Third, let’s assume that the alternative to peering is buying transit, so the value of the IX can be estimated to be
MarketTransitPrice * VolumeOfTrafficPeered
for free at the IX.
Under these assumptions, if the IX went away, the community using the IX would have to exchange that traffic with their transit provider at a metered rate. We further assume that the IX peak measure approximates the 95th percentile measure upon which transit is billed.
We say ‘peered away for free’, but public peering is not completely free. The cost of public peering includes some monthly recurring costs for each participant at the IX. If we subtract these costs from the value derived, we can estimate the value of the IX to the population:
ValueIX = TrafficPeeredAtIX * TransitPrice – CostOfPeering*NumberOfMembers
Observation: The Internet Exchange Points exhibit the characteristics of what economists call the “Network Externality Effect”; the value of the product or service is proportional to the number of users of the product or service .
Internet Exchanges are a special case of this effect; the value of an Exchange Point is not the number of participants but a slightly more complex calculation including the number and uniqueness of the routes and volume of traffic peered. Since the value of the IX to an ISP is proportional to the amount of traffic the ISP can exchange in peering relationships at the IX, the value of the IX to the peering population follows the network externality graph as shown below.
On the Y-axis we see the value of the Internet Exchange Point. On the X-axis we see the independent variable that causes the value of the IX to increase; we will use the number of participants for now; as more participants connect to the exchange for peering, the more value an NSP could derive from peering at the IX
All Internet Exchange Points go through the following growth curve. They start out with zero or a few founding ISP members, and face the challenge of attracting additional peers into a building where there are not many peers to peer with. This is the "startup hump", and solutions to this problem were shared with the author in "The Art of Peering: The IX Playbook".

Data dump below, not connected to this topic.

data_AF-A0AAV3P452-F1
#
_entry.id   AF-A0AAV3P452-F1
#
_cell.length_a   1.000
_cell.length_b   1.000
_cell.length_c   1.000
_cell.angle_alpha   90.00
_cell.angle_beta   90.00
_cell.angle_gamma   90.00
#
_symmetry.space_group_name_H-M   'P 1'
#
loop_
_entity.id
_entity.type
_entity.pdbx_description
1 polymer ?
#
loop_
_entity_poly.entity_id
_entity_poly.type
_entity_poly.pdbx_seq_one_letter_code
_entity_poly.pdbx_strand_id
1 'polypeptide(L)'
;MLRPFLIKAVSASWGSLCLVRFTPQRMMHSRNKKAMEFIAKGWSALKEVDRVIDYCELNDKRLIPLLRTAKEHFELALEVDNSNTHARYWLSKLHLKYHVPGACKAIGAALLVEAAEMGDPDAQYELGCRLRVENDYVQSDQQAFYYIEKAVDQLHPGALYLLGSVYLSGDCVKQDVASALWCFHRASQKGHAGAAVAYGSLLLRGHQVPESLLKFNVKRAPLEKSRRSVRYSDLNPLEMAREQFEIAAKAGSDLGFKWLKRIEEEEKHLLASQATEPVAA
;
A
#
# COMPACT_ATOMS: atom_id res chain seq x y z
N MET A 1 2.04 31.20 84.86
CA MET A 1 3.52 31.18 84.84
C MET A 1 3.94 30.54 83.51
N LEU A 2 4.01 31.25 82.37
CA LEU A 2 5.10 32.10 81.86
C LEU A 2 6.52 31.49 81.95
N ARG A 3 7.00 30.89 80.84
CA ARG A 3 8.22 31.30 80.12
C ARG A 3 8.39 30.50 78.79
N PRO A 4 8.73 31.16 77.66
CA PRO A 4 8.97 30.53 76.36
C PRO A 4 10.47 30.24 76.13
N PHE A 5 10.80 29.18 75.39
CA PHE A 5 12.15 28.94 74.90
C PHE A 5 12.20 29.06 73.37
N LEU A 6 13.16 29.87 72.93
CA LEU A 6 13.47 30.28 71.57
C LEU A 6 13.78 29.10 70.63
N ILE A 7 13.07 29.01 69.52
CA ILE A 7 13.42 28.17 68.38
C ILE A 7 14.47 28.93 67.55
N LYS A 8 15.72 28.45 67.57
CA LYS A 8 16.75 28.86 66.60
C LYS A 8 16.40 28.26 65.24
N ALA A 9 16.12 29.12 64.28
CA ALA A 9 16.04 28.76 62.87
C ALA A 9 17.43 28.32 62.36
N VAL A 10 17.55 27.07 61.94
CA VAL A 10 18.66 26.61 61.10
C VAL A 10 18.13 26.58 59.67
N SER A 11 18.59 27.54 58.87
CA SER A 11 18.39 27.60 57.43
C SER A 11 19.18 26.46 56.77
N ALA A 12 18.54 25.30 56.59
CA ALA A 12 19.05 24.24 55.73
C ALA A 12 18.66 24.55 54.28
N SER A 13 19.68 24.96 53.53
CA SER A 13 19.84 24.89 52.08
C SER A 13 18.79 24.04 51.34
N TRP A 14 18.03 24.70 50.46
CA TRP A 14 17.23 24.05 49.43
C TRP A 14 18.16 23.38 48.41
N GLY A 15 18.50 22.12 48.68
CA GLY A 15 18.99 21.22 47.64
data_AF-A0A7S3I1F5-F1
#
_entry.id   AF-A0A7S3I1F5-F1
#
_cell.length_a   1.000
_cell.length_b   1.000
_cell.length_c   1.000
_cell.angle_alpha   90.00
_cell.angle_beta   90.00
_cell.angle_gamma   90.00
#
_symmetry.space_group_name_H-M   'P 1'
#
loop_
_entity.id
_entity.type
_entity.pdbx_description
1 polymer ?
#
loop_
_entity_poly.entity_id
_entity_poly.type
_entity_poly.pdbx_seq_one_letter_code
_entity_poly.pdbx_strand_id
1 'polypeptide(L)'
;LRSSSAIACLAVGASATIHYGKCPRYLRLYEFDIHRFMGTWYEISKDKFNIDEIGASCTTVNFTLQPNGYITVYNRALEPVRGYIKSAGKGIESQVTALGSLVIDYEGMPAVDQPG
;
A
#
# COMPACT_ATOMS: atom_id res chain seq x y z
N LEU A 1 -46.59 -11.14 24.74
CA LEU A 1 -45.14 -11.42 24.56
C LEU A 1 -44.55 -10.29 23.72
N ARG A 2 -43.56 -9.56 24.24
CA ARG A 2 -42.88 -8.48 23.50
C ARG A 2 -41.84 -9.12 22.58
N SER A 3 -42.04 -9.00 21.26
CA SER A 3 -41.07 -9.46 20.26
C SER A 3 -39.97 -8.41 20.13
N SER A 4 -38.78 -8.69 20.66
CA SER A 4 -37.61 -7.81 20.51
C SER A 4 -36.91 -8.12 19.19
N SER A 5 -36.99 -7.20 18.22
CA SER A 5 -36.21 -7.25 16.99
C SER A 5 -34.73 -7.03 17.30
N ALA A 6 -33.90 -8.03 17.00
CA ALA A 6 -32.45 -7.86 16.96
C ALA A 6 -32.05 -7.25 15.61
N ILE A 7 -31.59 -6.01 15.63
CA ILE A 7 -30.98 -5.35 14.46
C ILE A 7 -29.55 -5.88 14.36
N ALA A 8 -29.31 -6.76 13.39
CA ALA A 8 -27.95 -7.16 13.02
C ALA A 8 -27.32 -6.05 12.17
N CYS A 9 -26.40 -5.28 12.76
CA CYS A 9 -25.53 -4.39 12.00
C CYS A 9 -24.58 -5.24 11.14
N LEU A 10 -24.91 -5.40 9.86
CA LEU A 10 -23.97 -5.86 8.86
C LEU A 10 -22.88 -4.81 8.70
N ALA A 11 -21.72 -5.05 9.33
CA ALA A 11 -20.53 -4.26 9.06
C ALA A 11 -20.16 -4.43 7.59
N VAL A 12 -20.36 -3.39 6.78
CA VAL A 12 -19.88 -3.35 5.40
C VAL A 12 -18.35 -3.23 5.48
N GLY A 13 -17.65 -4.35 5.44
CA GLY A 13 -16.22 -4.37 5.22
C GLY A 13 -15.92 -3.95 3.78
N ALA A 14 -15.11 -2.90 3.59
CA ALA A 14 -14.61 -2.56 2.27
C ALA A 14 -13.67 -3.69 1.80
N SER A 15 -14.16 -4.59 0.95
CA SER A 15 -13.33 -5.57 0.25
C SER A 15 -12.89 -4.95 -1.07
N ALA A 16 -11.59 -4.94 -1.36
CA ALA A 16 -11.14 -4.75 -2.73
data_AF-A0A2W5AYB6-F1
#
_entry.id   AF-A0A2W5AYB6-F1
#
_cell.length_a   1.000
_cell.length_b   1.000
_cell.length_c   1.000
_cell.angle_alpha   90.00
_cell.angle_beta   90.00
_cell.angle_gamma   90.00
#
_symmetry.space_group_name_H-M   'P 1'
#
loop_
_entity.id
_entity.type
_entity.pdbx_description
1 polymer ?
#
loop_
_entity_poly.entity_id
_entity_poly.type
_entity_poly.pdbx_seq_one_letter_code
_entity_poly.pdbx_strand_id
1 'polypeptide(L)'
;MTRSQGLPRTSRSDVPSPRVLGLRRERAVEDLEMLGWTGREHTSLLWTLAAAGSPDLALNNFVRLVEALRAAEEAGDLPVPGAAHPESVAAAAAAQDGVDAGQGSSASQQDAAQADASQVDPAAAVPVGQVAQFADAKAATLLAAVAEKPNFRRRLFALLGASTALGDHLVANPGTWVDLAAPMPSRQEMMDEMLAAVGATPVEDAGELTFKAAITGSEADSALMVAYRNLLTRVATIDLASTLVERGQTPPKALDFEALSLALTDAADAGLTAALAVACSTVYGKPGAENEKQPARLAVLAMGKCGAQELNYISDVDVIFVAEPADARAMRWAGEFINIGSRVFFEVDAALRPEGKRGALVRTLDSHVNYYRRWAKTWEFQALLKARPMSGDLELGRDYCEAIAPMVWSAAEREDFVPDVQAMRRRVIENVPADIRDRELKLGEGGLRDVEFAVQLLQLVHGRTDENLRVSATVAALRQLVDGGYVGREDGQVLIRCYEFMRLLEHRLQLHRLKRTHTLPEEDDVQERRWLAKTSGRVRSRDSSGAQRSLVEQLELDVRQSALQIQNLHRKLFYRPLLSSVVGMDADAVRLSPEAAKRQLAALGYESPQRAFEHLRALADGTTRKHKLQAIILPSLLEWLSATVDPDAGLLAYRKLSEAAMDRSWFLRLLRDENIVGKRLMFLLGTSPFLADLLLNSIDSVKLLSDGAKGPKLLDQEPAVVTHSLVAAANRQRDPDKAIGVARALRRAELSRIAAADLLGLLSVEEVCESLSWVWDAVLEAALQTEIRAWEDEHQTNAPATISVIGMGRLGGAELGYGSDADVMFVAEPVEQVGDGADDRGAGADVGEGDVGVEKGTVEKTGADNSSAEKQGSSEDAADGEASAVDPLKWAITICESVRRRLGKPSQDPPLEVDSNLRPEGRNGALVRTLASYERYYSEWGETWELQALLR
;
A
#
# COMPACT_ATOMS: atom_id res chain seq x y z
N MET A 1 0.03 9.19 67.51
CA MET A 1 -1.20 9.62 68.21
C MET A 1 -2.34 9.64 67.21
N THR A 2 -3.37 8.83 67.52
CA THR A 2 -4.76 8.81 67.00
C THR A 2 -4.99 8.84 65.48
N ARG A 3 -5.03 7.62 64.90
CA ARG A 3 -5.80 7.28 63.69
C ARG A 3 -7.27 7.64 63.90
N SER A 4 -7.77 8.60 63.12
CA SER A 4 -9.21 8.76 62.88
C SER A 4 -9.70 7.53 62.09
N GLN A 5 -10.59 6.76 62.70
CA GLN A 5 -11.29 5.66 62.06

Once the IX reaches critical mass, where the value of participation exceeds the cost of participation, the a well positioned IX experiences exponential growth.
Note: Some variables in this equation may be difficult to obtain.
Many Internet Exchange Points make the aggregate peering traffic volume available to the public, but some do not.
Further, private peering exchanges often utilize cross connects making it impossible to assess the total amount of traffic traversing their private exchange. This formula is therefore more accurately described as the value of a Public Internet Exchange fabric to the participants. To calculate the value of the Internet exchange, one would need to include not only the public peering fabric, but also the benefits of private peering and buying/selling transit in an environment where interconnection cross connects is less expensive than with local loops.
Be sure to chaeck out the Modeling an Internet Exchange Point for a list of the assumptions in this model.
Now we can estimate the value of the Internet Exchange Point, or at least the value of the public peering that we can measure at the Internet Exchange Point.
This Internet Peering Ecosystem has the following Internet Exchange Points:IXRegionIntro
Intro Text, where located, how many locations, stats, eventually figure out how to get traffic volume peered and calculate value.
The price of transit in this market.
Figure 4 - The Price of Internet Transit in this ecosystem
And peering vs transit spreadsheet with parameters spelled out.
Some more text where the breakeven point is.
Some more explain text. See if we need to add multiple sized pipe peering...